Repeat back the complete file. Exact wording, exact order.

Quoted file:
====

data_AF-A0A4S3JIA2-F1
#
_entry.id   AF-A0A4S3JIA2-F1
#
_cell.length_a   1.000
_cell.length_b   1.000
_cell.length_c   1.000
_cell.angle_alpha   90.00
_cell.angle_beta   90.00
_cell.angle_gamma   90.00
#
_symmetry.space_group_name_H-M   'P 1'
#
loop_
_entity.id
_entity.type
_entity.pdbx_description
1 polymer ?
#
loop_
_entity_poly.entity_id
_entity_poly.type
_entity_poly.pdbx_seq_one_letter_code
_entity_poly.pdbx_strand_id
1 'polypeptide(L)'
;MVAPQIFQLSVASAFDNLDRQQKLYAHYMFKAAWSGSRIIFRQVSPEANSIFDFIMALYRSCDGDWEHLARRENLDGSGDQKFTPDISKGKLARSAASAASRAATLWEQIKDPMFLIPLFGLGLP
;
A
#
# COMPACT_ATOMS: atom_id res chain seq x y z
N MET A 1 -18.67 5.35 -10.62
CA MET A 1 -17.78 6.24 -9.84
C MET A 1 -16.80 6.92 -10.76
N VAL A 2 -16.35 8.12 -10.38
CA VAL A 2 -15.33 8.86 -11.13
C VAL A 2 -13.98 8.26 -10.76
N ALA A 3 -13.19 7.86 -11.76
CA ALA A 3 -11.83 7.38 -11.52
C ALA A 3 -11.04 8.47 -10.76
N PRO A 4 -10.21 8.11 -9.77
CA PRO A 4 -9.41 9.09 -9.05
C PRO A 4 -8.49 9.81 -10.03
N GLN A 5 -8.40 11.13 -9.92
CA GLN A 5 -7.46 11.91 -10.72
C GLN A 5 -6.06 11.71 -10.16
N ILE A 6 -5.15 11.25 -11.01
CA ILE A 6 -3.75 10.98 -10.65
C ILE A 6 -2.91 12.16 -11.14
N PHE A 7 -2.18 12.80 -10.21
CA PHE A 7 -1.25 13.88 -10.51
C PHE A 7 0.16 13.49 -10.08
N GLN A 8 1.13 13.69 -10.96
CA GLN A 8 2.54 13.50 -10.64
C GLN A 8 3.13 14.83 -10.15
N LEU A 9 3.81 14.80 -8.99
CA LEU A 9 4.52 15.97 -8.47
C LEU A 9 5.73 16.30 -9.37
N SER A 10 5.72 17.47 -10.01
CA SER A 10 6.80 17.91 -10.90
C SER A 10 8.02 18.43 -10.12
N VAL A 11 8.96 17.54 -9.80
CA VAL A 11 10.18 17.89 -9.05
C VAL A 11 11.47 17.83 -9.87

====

data_AF-A0A4S3JIA2-F1
#
_entry.id   AF-A0A4S3JIA2-F1
#
_cell.length_a   1.000
_cell.length_b   1.000
_cell.length_c   1.000
_cell.angle_alpha   90.00
_cell.angle_beta   90.00
_cell.angle_gamma   90.00
#
_symmetry.space_group_name_H-M   'P 1'
#
loop_
_entity.id
_entity.type
_entity.pdbx_description
1 polymer ?
#
loop_
_entity_poly.entity_id
_entity_poly.type
_entity_poly.pdbx_seq_one_letter_code
_entity_poly.pdbx_strand_id
1 'polypeptide(L)'
;MVAPQIFQLSVASAFDNLDRQQKLYAHYMFKAAWSGSRIIFRQVSPEANSIFDFIMALYRSCDGDWEHLARRENLDGSGDQKFTPDISKGKLARSAASAASRAATLWEQIKDPMFLIPLFGLGLP
;
A
#
# COMPACT_ATOMS: atom_id res chain seq x y z
N MET A 1 -18.67 5.35 -10.62
CA MET A 1 -17.78 6.24 -9.84
C MET A 1 -16.80 6.92 -10.76
N VAL A 2 -16.35 8.12 -10.38
CA VAL A 2 -15.33 8.86 -11.13
C VAL A 2 -13.98 8.26 -10.76
N ALA A 3 -13.19 7.86 -11.76
CA ALA A 3 -11.83 7.38 -11.52
C ALA A 3 -11.04 8.47 -10.76
N PRO A 4 -10.21 8.11 -9.77
CA PRO A 4 -9.41 9.09 -9.05
C PRO A 4 -8.49 9.81 -10.03
N GLN A 5 -8.40 11.13 -9.92
CA GLN A 5 -7.46 11.91 -10.72
C GLN A 5 -6.06 11.71 -10.16
N ILE A 6 -5.15 11.25 -11.01
CA ILE A 6 -3.75 10.98 -10.65
C ILE A 6 -2.91 12.16 -11.14
N PHE A 7 -2.18 12.80 -10.21
CA PHE A 7 -1.25 13.88 -10.51
C PHE A 7 0.16 13.49 -10.08
N GLN A 8 1.13 13.69 -10.96
CA GLN A 8 2.54 13.50 -10.64
C GLN A 8 3.13 14.83 -10.15
N LEU A 9 3.81 14.80 -8.99
CA LEU A 9 4.52 15.97 -8.47
C LEU A 9 5.73 16.30 -9.37
N SER A 10 5.72 17.47 -10.01
CA SER A 10 6.80 17.91 -10.90
C SER A 10 8.02 18.43 -10.12
N VAL A 11 8.96 17.54 -9.80
CA VAL A 11 10.18 17.89 -9.05
C VAL A 11 11.47 17.83 -9.87